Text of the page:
3. Alienating immigrants.
To be honest, this is the one mistake I’m relieved Republicans continue to make. Jeb Bush and Marco Rubio are both occasional supporters of immigration reform until they see their shadow and start screaming “Secure the border first!” — even though the border is more secure than ever. And it seemed they might successfully ease the party off its maximum deportations stand for this primary season.
However, whatever it was that made Mitt Romney take a drastic turn to the right on immigration has bitten Scott Walker.
The governor of Wisconsin was once a supporter of a path to citizenship for the undocumented, but in an interview with Glenn Beck on Monday, he came out against immigration. Not just undocumented immigration — but legal immigration.
Some pollsters believe that Republicans need to double their share of the minority vote from 2012 to have a chance to win in 2016. In that last presidential election, Romney was advocating for “self-deportation.” Now with Republicans demanding an end to programs that protect the undocumented brought here as kids and the family members of citizens—and with a surging frontrunner breaking hard to the right—they may do even worse next year.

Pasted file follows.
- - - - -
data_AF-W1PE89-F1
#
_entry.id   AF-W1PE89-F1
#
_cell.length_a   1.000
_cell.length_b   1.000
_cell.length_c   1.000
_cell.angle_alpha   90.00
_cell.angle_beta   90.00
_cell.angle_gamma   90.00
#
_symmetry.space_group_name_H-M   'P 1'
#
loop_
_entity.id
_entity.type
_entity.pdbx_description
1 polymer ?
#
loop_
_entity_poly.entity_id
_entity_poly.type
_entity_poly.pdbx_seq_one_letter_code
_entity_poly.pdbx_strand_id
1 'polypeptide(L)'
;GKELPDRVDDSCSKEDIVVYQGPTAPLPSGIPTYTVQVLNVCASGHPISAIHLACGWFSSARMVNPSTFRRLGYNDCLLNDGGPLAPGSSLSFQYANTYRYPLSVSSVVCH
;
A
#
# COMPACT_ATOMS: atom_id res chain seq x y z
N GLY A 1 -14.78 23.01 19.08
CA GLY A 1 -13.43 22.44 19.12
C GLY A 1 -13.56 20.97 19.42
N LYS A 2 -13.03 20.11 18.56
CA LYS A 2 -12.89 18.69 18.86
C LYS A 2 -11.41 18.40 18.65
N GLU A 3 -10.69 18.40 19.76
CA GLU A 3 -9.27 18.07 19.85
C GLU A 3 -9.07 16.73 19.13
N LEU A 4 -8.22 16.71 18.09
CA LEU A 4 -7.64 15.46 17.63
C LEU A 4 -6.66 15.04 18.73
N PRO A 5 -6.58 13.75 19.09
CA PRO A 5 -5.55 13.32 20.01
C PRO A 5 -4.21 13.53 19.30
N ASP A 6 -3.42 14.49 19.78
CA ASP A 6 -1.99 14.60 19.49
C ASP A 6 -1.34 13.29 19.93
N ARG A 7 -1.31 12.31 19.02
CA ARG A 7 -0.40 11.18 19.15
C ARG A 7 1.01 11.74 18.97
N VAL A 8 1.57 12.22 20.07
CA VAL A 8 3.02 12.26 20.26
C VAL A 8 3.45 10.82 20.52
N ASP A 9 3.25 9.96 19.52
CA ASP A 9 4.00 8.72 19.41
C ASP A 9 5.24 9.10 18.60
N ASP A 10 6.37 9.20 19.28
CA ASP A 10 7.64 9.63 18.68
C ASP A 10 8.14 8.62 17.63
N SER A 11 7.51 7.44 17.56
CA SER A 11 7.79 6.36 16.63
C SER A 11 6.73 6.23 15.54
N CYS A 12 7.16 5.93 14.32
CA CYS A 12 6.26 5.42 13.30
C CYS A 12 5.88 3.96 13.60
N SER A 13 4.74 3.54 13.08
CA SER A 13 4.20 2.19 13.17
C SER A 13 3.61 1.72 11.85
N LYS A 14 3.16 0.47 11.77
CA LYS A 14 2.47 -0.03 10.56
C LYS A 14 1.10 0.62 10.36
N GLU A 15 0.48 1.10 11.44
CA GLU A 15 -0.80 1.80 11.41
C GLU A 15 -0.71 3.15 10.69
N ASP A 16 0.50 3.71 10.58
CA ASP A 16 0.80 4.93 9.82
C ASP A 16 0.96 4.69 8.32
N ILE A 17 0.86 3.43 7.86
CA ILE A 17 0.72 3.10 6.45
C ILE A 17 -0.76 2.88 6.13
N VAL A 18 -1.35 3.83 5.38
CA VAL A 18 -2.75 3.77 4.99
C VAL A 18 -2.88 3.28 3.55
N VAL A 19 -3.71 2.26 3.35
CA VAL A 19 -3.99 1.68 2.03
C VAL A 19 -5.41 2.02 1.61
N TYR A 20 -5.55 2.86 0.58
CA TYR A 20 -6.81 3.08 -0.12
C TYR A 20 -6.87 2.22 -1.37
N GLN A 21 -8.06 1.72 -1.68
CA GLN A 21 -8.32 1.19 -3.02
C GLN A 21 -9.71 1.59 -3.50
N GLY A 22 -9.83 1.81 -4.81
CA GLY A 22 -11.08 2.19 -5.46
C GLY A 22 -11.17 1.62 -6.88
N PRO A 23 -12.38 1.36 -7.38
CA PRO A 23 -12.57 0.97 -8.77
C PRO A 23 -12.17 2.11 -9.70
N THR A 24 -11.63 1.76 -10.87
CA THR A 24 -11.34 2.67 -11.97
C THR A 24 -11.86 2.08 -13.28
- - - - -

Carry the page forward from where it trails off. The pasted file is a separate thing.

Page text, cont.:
4. Keep people uninsured.
Our national debt is a choice, and it’s largely built on our willingness to leave millions of Americans uninsured until the point where they’re sick, poor or old enough that we have to cover them anyway. Every other advanced country in the world covers all their citizens for far less than we spend per capita, and as a result, health care doesn’t blast a trillion-dollar hole in their economies each year.